Healthy churches are marked by great commitments, pastor says
ReligionNewsBlog.com • Wednesday November 6, 2002
Baptist Press, Nov. 4, 2002
By Gary D. Myers
NEW ORLEANS (BP)–Healthy churches aren’t determined by budgets, buildings or even baptisms, John Marshall said during the Oct. 29-31 Layne Lectures on Church Health at New Orleans Baptist Theological Seminary.
“A great church makes a great commitment to the Great Commandment and the Great Commission,” said Marshall, pastor of Second Baptist Church in Springfield, Mo. “A healthy church must proclaim first and foremost the fact that every human being is created for the purpose of loving God.”
Drawing from Matthew 22:37-39 and Mark 16:15, Marshall proposed three aspects of a healthy church with “heart-healthy” members: Individuals must love God first, neighbor second and be a part of fulfilling the Great Commission.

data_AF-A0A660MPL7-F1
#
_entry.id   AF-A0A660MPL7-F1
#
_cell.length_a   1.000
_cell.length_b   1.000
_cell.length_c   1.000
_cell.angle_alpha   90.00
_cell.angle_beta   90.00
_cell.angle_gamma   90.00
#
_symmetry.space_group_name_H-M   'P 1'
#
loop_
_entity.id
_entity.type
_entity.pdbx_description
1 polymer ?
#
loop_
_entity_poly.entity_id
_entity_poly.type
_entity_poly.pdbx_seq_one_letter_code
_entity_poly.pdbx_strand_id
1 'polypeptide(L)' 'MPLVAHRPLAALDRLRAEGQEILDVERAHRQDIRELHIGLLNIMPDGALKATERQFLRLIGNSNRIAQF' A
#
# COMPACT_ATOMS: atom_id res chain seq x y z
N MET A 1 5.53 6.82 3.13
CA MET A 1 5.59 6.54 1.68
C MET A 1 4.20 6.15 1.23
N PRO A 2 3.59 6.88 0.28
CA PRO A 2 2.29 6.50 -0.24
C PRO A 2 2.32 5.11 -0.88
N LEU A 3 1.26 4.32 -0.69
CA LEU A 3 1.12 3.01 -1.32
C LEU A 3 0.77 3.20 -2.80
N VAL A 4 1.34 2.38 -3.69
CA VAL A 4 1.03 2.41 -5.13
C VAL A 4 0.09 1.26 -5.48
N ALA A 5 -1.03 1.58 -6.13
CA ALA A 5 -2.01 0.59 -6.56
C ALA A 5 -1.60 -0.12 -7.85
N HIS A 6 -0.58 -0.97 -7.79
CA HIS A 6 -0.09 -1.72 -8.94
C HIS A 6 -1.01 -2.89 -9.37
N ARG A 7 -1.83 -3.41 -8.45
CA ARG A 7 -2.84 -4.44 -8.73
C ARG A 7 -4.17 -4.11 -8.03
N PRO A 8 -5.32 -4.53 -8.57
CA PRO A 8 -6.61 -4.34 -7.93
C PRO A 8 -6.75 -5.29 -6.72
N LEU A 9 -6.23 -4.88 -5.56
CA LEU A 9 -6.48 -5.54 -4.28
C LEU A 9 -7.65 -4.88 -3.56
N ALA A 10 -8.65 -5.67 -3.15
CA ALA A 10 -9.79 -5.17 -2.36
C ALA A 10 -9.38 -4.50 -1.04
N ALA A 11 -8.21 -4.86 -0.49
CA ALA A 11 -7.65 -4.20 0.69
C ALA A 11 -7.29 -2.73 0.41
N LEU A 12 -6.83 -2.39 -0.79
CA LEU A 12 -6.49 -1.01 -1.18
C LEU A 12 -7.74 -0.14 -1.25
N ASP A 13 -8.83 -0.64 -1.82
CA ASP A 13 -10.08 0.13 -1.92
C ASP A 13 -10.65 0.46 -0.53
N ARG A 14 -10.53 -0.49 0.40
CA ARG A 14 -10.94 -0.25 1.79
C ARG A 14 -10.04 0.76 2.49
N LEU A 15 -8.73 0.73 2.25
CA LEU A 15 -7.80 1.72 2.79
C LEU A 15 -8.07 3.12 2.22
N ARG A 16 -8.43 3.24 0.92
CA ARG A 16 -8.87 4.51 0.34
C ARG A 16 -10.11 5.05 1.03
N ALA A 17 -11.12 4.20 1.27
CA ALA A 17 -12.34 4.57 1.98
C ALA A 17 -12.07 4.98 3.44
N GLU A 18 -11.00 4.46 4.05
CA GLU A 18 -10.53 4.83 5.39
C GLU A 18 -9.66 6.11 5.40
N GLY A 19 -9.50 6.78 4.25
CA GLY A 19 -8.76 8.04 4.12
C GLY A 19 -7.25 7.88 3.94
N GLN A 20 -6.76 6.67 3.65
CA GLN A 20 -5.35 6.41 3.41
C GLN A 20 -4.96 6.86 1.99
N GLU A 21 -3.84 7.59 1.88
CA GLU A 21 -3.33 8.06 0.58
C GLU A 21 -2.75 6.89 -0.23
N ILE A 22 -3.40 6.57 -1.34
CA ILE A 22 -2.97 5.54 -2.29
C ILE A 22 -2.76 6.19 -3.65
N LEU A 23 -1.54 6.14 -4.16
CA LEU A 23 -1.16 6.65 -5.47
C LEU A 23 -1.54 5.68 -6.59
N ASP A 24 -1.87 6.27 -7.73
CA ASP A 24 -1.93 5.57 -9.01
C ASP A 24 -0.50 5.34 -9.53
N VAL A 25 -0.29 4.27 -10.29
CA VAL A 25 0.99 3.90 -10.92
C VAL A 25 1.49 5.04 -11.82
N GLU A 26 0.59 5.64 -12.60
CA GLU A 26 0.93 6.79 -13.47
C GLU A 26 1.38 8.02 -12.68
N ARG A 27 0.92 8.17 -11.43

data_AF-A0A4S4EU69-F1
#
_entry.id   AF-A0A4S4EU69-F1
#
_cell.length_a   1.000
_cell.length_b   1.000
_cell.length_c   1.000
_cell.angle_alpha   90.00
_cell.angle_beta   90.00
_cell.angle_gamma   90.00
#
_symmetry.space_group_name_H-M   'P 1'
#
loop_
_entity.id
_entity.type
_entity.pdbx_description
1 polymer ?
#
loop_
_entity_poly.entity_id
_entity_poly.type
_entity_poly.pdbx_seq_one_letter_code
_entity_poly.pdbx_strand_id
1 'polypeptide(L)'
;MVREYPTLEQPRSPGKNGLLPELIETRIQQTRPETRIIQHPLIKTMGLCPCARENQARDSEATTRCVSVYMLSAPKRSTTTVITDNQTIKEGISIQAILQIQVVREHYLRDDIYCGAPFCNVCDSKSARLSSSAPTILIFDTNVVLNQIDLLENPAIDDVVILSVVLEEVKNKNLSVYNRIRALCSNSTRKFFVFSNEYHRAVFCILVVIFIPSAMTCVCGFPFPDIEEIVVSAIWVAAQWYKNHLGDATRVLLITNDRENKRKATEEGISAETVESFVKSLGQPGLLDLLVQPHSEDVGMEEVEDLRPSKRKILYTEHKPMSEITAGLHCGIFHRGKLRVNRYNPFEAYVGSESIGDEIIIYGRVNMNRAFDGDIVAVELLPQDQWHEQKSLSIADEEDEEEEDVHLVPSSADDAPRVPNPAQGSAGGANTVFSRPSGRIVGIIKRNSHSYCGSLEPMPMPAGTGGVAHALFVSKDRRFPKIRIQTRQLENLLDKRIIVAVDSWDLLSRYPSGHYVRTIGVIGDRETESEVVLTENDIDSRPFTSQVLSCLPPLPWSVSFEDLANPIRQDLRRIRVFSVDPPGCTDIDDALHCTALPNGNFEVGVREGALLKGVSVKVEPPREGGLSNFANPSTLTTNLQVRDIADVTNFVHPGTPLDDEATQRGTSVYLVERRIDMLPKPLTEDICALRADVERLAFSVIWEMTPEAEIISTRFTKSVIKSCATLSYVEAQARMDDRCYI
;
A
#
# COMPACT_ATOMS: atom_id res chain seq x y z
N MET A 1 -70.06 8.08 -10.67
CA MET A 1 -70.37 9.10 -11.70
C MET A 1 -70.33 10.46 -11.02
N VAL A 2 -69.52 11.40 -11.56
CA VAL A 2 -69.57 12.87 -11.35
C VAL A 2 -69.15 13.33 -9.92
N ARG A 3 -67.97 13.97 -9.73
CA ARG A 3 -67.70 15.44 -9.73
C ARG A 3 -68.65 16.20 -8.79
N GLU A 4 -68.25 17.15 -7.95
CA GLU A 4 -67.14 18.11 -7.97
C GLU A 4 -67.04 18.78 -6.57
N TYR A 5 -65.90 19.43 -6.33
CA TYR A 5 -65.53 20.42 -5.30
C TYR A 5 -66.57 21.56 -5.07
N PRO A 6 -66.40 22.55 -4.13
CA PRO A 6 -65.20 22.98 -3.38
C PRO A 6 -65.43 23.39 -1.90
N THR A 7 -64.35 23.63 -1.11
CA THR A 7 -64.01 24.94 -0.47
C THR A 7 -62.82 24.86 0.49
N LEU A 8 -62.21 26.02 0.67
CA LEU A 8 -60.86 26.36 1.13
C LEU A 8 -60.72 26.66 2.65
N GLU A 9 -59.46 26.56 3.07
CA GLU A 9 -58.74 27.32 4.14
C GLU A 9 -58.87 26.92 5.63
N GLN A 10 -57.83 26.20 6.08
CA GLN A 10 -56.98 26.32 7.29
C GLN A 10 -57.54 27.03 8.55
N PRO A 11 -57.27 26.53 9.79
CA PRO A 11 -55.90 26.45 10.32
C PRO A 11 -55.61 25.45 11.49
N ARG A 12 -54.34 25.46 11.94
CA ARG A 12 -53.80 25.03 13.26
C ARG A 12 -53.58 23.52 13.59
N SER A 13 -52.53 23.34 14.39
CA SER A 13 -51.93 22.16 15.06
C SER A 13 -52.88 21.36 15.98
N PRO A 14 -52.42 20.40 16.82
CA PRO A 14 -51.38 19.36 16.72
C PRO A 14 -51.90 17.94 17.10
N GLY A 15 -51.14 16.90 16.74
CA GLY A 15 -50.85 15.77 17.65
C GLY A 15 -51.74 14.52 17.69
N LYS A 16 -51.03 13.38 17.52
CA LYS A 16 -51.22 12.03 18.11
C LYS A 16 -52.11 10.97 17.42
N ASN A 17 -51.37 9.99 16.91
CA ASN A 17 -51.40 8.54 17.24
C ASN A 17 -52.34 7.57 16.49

“The call to be a Christian is the call to give heart, soul and mind to Someone above this world,” he stated. “No life is fulfilled until wholly engrossed in this relationship of ultimate value. For believers there is only one first, right thing, one grand purpose in life … to please and pursue God.”
Marshall argued that most of the misery in the world stems directly from the rejection of this first Great Commandment. When church members fail to put God first, he said the result is broken homes, meaningless lives and shattered dreams.